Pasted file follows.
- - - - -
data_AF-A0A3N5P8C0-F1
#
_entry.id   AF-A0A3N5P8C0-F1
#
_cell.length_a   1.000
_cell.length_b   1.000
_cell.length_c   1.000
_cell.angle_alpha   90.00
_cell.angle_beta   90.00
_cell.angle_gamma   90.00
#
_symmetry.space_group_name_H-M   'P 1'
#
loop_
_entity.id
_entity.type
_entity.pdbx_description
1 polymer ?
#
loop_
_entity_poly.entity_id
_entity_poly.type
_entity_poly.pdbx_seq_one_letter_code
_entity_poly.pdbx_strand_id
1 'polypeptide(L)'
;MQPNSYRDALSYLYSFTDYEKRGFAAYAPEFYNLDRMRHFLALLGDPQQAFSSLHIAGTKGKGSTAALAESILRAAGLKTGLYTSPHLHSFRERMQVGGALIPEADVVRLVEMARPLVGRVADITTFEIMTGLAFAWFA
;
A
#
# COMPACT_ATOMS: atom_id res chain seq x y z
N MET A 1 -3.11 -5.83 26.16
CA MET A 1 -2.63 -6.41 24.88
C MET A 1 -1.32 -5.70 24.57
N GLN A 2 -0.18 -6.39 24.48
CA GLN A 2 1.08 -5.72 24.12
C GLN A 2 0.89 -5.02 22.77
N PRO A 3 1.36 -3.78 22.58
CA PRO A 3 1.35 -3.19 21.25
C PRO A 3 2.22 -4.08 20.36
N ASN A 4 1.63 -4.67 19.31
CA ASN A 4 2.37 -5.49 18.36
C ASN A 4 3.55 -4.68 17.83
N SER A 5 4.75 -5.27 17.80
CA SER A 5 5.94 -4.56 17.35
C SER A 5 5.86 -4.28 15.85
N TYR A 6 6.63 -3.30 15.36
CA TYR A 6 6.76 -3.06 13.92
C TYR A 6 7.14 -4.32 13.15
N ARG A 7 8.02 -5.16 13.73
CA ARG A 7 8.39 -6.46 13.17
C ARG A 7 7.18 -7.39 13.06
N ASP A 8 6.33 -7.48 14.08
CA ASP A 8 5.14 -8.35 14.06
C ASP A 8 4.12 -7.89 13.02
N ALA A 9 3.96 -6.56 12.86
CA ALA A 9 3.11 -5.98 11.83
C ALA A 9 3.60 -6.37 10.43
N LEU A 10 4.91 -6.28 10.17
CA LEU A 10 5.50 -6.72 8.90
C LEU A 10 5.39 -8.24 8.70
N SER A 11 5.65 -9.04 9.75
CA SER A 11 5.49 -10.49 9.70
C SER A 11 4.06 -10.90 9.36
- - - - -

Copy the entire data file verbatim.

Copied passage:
data_AF-A0A3N5P8C0-F1
#
_entry.id   AF-A0A3N5P8C0-F1
#
_cell.length_a   1.000
_cell.length_b   1.000
_cell.length_c   1.000
_cell.angle_alpha   90.00
_cell.angle_beta   90.00
_cell.angle_gamma   90.00
#
_symmetry.space_group_name_H-M   'P 1'
#
loop_
_entity.id
_entity.type
_entity.pdbx_description
1 polymer ?
#
loop_
_entity_poly.entity_id
_entity_poly.type
_entity_poly.pdbx_seq_one_letter_code
_entity_poly.pdbx_strand_id
1 'polypeptide(L)'
;MQPNSYRDALSYLYSFTDYEKRGFAAYAPEFYNLDRMRHFLALLGDPQQAFSSLHIAGTKGKGSTAALAESILRAAGLKTGLYTSPHLHSFRERMQVGGALIPEADVVRLVEMARPLVGRVADITTFEIMTGLAFAWFA
;
A
#
# COMPACT_ATOMS: atom_id res chain seq x y z
N MET A 1 -3.11 -5.83 26.16
CA MET A 1 -2.63 -6.41 24.88
C MET A 1 -1.32 -5.70 24.57
N GLN A 2 -0.18 -6.39 24.48
CA GLN A 2 1.08 -5.72 24.12
C GLN A 2 0.89 -5.02 22.77
N PRO A 3 1.36 -3.78 22.58
CA PRO A 3 1.35 -3.19 21.25
C PRO A 3 2.22 -4.08 20.36
N ASN A 4 1.63 -4.67 19.31
CA ASN A 4 2.37 -5.49 18.36
C ASN A 4 3.55 -4.68 17.83
N SER A 5 4.75 -5.27 17.80
CA SER A 5 5.94 -4.56 17.35
C SER A 5 5.86 -4.28 15.85
N TYR A 6 6.63 -3.30 15.36
CA TYR A 6 6.76 -3.06 13.92
C TYR A 6 7.14 -4.32 13.15
N ARG A 7 8.02 -5.16 13.73
CA ARG A 7 8.39 -6.46 13.17
C ARG A 7 7.18 -7.39 13.06
N ASP A 8 6.33 -7.48 14.08
CA ASP A 8 5.14 -8.35 14.06
C ASP A 8 4.12 -7.89 13.02
N ALA A 9 3.96 -6.56 12.86
CA ALA A 9 3.11 -5.98 11.83
C ALA A 9 3.60 -6.37 10.43
N LEU A 10 4.91 -6.28 10.17
CA LEU A 10 5.50 -6.72 8.90
C LEU A 10 5.39 -8.24 8.70
N SER A 11 5.65 -9.04 9.75
CA SER A 11 5.49 -10.49 9.70
C SER A 11 4.06 -10.90 9.36